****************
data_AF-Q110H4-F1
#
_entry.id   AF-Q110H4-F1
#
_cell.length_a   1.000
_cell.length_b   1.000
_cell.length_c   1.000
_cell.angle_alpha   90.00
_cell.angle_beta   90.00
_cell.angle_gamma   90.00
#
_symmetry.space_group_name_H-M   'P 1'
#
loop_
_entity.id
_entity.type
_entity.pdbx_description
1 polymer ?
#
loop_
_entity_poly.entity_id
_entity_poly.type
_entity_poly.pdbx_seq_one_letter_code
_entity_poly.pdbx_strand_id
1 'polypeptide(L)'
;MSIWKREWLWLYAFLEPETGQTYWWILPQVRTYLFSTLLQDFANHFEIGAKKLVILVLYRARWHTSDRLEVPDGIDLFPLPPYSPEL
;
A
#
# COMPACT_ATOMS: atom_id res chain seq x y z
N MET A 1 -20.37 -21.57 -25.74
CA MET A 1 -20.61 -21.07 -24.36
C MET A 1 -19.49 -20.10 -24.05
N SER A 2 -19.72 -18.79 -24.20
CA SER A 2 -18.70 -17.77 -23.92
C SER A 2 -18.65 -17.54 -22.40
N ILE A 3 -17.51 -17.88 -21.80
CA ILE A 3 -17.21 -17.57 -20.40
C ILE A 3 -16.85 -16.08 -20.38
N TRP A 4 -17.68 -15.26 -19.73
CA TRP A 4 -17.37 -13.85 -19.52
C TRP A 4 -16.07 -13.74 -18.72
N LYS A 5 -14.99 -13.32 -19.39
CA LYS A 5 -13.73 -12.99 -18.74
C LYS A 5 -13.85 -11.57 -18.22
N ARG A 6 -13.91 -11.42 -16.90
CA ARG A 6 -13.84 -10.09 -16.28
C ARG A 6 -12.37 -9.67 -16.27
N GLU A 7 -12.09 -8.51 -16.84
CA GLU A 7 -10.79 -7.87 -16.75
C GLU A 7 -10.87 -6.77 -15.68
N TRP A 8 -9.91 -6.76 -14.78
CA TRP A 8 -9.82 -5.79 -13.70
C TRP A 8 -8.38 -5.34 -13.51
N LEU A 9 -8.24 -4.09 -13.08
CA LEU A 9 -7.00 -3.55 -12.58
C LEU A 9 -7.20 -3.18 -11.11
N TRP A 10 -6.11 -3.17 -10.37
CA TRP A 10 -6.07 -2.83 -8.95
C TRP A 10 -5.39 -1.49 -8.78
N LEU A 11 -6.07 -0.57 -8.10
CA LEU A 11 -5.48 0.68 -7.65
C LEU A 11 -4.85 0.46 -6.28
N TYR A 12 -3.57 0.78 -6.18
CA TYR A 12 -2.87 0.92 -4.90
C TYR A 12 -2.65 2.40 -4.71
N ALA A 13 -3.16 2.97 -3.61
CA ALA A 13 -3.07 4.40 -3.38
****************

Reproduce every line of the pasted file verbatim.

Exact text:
data_AF-Q110H4-F1
#
_entry.id   AF-Q110H4-F1
#
_cell.length_a   1.000
_cell.length_b   1.000
_cell.length_c   1.000
_cell.angle_alpha   90.00
_cell.angle_beta   90.00
_cell.angle_gamma   90.00
#
_symmetry.space_group_name_H-M   'P 1'
#
loop_
_entity.id
_entity.type
_entity.pdbx_description
1 polymer ?
#
loop_
_entity_poly.entity_id
_entity_poly.type
_entity_poly.pdbx_seq_one_letter_code
_entity_poly.pdbx_strand_id
1 'polypeptide(L)'
;MSIWKREWLWLYAFLEPETGQTYWWILPQVRTYLFSTLLQDFANHFEIGAKKLVILVLYRARWHTSDRLEVPDGIDLFPLPPYSPEL
;
A
#
# COMPACT_ATOMS: atom_id res chain seq x y z
N MET A 1 -20.37 -21.57 -25.74
CA MET A 1 -20.61 -21.07 -24.36
C MET A 1 -19.49 -20.10 -24.05
N SER A 2 -19.72 -18.79 -24.20
CA SER A 2 -18.70 -17.77 -23.92
C SER A 2 -18.65 -17.54 -22.40
N ILE A 3 -17.51 -17.88 -21.80
CA ILE A 3 -17.21 -17.57 -20.40
C ILE A 3 -16.85 -16.08 -20.38
N TRP A 4 -17.68 -15.26 -19.73
CA TRP A 4 -17.37 -13.85 -19.52
C TRP A 4 -16.07 -13.74 -18.72
N LYS A 5 -14.99 -13.32 -19.39
CA LYS A 5 -13.73 -12.99 -18.74
C LYS A 5 -13.85 -11.57 -18.22
N ARG A 6 -13.91 -11.42 -16.90
CA ARG A 6 -13.84 -10.09 -16.28
C ARG A 6 -12.37 -9.67 -16.27
N GLU A 7 -12.09 -8.51 -16.84
CA GLU A 7 -10.79 -7.87 -16.75
C GLU A 7 -10.87 -6.77 -15.68
N TRP A 8 -9.91 -6.76 -14.78
CA TRP A 8 -9.82 -5.79 -13.70
C TRP A 8 -8.38 -5.34 -13.51
N LEU A 9 -8.24 -4.09 -13.08
CA LEU A 9 -7.00 -3.55 -12.58
C LEU A 9 -7.20 -3.18 -11.11
N TRP A 10 -6.11 -3.17 -10.37
CA TRP A 10 -6.07 -2.83 -8.95
C TRP A 10 -5.39 -1.49 -8.78
N LEU A 11 -6.07 -0.57 -8.10
CA LEU A 11 -5.48 0.68 -7.65
C LEU A 11 -4.85 0.46 -6.28
N TYR A 12 -3.57 0.78 -6.18
CA TYR A 12 -2.87 0.92 -4.90
C TYR A 12 -2.65 2.40 -4.71
N ALA A 13 -3.16 2.97 -3.61
CA ALA A 13 -3.07 4.40 -3.38